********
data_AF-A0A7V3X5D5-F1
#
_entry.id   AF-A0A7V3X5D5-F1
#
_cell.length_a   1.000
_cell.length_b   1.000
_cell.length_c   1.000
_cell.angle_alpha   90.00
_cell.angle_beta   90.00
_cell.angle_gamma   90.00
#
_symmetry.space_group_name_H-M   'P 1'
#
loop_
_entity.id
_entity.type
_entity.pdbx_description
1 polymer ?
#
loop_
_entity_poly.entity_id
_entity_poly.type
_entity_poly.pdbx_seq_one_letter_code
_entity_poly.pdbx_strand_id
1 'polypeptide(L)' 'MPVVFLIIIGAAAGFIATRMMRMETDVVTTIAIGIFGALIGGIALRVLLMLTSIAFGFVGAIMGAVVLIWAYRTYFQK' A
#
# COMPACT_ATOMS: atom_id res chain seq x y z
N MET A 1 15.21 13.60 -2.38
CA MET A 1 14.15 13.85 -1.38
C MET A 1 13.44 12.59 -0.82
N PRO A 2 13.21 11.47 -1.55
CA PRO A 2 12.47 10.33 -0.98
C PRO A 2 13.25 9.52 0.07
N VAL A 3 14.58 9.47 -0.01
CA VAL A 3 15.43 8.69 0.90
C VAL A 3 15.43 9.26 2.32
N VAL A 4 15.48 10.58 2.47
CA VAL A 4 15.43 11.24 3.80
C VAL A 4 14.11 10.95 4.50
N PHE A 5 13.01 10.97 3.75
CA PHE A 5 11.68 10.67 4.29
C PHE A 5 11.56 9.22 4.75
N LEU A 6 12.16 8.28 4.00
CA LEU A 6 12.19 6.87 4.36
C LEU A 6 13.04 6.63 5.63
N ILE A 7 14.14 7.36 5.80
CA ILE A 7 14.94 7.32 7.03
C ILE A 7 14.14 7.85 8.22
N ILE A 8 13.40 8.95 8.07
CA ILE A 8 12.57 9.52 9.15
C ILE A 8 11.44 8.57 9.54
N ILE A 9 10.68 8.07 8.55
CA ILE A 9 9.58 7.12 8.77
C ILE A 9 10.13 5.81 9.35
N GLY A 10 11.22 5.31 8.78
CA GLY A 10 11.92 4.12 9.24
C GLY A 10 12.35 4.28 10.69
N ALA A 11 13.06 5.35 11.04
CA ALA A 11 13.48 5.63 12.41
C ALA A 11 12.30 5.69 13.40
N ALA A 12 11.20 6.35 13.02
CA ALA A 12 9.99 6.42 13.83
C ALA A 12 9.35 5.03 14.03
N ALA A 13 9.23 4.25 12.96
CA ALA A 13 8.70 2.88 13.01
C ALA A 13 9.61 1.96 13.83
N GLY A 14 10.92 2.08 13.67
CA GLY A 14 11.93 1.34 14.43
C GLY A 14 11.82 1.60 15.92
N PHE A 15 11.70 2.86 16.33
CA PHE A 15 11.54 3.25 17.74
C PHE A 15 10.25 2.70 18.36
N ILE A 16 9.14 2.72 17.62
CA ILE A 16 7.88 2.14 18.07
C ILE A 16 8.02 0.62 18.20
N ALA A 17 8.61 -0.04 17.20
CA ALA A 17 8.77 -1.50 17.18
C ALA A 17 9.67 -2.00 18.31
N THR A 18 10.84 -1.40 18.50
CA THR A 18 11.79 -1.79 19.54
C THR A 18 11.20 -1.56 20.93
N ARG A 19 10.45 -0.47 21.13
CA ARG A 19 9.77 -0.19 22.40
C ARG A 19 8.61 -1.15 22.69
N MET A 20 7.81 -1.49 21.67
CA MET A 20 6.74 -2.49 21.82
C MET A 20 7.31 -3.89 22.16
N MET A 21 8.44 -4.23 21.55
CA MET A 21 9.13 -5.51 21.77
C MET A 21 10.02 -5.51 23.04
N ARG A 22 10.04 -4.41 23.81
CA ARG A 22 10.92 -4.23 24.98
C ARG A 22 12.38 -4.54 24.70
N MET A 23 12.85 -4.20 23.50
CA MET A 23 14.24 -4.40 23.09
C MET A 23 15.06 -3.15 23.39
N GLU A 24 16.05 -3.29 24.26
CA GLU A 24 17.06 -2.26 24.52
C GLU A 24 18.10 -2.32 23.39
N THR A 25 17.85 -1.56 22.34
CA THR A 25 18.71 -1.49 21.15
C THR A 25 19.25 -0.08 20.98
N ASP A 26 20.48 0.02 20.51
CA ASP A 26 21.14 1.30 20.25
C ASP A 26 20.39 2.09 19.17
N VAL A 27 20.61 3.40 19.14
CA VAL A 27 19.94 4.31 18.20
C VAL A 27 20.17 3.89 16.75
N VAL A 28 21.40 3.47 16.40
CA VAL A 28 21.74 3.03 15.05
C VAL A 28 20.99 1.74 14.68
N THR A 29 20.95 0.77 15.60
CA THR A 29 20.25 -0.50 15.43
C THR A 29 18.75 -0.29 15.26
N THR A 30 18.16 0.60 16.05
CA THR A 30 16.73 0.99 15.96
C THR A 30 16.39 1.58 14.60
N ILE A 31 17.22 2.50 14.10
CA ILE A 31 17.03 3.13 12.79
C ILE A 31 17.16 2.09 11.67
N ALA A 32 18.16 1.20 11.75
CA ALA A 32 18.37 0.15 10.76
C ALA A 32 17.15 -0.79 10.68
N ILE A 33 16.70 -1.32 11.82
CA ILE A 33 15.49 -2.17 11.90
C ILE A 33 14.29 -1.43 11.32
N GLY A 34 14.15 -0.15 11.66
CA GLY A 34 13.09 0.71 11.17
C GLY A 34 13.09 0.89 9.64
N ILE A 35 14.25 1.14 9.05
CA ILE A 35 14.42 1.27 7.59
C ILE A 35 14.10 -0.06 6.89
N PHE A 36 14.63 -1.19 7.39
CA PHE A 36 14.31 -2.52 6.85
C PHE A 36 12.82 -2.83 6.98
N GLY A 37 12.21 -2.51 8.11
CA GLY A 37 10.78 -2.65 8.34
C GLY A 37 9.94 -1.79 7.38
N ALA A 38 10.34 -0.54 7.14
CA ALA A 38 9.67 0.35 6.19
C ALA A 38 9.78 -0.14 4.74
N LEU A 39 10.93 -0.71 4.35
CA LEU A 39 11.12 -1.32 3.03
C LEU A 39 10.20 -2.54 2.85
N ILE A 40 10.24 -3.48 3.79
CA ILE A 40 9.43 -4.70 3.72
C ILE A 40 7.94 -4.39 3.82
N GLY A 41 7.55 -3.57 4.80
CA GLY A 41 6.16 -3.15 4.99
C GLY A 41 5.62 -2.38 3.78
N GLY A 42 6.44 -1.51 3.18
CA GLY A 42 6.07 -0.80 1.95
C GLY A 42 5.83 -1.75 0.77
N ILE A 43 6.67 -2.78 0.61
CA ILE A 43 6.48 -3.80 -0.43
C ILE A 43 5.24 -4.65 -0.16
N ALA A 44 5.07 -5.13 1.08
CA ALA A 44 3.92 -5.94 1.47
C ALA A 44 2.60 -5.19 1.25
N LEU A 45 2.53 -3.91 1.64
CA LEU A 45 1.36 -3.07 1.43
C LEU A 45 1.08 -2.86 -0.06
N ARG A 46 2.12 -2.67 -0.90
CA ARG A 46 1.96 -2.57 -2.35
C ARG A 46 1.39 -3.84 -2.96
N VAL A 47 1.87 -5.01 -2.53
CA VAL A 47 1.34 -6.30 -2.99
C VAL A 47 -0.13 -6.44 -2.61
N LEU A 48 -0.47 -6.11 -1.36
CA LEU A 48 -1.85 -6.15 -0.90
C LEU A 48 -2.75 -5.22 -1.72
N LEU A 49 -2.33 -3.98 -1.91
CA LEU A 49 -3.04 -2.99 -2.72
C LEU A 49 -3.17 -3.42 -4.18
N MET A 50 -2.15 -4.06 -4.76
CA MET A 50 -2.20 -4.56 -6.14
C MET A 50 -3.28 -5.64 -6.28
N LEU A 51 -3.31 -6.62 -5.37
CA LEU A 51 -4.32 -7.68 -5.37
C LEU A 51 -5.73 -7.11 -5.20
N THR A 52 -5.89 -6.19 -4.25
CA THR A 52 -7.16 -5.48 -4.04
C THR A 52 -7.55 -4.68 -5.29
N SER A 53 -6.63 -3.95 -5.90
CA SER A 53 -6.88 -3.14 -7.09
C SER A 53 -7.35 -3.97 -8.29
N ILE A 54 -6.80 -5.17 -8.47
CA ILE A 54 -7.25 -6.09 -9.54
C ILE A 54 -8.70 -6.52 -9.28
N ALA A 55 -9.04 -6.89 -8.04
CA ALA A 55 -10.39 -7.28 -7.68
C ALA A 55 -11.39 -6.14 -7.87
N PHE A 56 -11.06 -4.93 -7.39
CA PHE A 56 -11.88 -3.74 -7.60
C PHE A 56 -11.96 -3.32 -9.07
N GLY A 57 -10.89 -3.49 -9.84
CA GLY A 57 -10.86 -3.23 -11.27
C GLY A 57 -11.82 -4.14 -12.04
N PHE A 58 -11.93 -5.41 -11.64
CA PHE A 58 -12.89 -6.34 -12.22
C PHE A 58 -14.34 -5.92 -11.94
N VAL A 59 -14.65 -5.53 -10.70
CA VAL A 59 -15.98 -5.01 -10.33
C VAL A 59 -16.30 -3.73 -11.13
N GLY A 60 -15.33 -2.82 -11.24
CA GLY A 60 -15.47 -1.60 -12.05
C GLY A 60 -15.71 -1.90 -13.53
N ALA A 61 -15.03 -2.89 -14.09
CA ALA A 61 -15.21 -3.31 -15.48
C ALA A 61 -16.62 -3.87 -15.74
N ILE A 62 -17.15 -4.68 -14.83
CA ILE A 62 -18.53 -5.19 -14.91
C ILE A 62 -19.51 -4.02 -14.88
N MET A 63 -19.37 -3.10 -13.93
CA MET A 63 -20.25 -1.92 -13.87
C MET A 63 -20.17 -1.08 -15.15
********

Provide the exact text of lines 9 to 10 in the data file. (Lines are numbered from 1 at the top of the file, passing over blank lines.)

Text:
_cell.angle_beta   90.00
_cell.angle_gamma   90.00